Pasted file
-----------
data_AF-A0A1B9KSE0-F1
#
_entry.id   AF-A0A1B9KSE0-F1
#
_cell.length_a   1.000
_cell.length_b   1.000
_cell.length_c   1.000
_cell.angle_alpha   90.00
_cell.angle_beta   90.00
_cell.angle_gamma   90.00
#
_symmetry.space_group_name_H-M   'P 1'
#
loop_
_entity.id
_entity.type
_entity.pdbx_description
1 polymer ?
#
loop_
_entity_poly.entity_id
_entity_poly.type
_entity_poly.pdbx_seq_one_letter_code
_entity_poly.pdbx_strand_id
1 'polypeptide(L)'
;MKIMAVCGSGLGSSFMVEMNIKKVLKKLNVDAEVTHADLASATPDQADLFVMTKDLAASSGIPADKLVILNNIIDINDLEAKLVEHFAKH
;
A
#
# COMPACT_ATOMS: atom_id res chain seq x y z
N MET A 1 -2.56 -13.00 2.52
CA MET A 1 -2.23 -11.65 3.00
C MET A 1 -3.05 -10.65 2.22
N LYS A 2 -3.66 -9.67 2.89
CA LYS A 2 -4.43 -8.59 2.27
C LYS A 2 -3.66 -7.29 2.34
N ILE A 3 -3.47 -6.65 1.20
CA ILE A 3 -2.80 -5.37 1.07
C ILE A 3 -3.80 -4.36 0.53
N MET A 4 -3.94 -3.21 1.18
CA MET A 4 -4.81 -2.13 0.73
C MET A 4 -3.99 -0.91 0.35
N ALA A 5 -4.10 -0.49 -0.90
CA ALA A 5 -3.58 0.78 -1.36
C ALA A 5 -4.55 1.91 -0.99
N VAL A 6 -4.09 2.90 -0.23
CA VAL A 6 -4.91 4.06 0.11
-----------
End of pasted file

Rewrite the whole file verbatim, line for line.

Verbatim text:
data_AF-A0A1B9KSE0-F1
#
_entry.id   AF-A0A1B9KSE0-F1
#
_cell.length_a   1.000
_cell.length_b   1.000
_cell.length_c   1.000
_cell.angle_alpha   90.00
_cell.angle_beta   90.00
_cell.angle_gamma   90.00
#
_symmetry.space_group_name_H-M   'P 1'
#
loop_
_entity.id
_entity.type
_entity.pdbx_description
1 polymer ?
#
loop_
_entity_poly.entity_id
_entity_poly.type
_entity_poly.pdbx_seq_one_letter_code
_entity_poly.pdbx_strand_id
1 'polypeptide(L)'
;MKIMAVCGSGLGSSFMVEMNIKKVLKKLNVDAEVTHADLASATPDQADLFVMTKDLAASSGIPADKLVILNNIIDINDLEAKLVEHFAKH
;
A
#
# COMPACT_ATOMS: atom_id res chain seq x y z
N MET A 1 -2.56 -13.00 2.52
CA MET A 1 -2.23 -11.65 3.00
C MET A 1 -3.05 -10.65 2.22
N LYS A 2 -3.66 -9.67 2.89
CA LYS A 2 -4.43 -8.59 2.27
C LYS A 2 -3.66 -7.29 2.34
N ILE A 3 -3.47 -6.65 1.20
CA ILE A 3 -2.80 -5.37 1.07
C ILE A 3 -3.80 -4.36 0.53
N MET A 4 -3.94 -3.21 1.18
CA MET A 4 -4.81 -2.13 0.73
C MET A 4 -3.99 -0.91 0.35
N ALA A 5 -4.10 -0.49 -0.90
CA ALA A 5 -3.58 0.78 -1.36
C ALA A 5 -4.55 1.91 -0.99
N VAL A 6 -4.09 2.90 -0.23
CA VAL A 6 -4.91 4.06 0.11